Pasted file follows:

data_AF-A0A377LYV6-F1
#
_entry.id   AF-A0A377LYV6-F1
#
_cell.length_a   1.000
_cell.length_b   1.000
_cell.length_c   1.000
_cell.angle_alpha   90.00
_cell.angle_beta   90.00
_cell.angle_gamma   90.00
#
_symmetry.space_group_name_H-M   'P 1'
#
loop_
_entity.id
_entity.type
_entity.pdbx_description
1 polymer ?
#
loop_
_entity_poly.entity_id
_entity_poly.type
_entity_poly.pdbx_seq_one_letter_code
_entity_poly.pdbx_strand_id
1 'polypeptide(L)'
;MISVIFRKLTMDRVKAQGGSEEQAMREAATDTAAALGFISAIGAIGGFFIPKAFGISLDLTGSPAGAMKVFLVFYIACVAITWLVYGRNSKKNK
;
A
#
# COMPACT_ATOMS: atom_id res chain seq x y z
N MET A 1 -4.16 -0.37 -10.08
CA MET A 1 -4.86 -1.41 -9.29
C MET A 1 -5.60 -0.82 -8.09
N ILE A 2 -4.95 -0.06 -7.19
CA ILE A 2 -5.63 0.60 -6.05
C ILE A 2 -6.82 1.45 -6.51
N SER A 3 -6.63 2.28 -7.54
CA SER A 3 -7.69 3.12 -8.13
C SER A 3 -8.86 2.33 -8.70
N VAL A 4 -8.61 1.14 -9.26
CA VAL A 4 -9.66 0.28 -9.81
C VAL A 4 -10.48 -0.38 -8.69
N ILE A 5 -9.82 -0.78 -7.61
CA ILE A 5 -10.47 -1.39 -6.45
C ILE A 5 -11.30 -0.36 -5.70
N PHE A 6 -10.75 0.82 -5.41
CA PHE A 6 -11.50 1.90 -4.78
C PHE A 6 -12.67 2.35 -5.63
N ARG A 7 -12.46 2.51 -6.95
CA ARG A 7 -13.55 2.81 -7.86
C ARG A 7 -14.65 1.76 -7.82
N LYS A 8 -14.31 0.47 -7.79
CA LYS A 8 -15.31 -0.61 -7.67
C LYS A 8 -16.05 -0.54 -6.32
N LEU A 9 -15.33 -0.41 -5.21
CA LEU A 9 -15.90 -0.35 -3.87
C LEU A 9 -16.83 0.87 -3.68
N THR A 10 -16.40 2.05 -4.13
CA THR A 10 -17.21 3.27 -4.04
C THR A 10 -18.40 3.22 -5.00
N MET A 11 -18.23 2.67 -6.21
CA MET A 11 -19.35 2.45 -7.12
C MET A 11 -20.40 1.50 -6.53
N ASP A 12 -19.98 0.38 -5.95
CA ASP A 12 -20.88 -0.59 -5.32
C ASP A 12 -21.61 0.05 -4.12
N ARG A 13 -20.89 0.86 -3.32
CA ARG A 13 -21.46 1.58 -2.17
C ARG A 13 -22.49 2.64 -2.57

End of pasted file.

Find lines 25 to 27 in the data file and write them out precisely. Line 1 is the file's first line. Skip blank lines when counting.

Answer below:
1 'polypeptide(L)'
;MISVIFRKLTMDRVKAQGGSEEQAMREAATDTAAALGFISAIGAIGGFFIPKAFGISLDLTGSPAGAMKVFLVFYIACVAITWLVYGRNSKKNK
;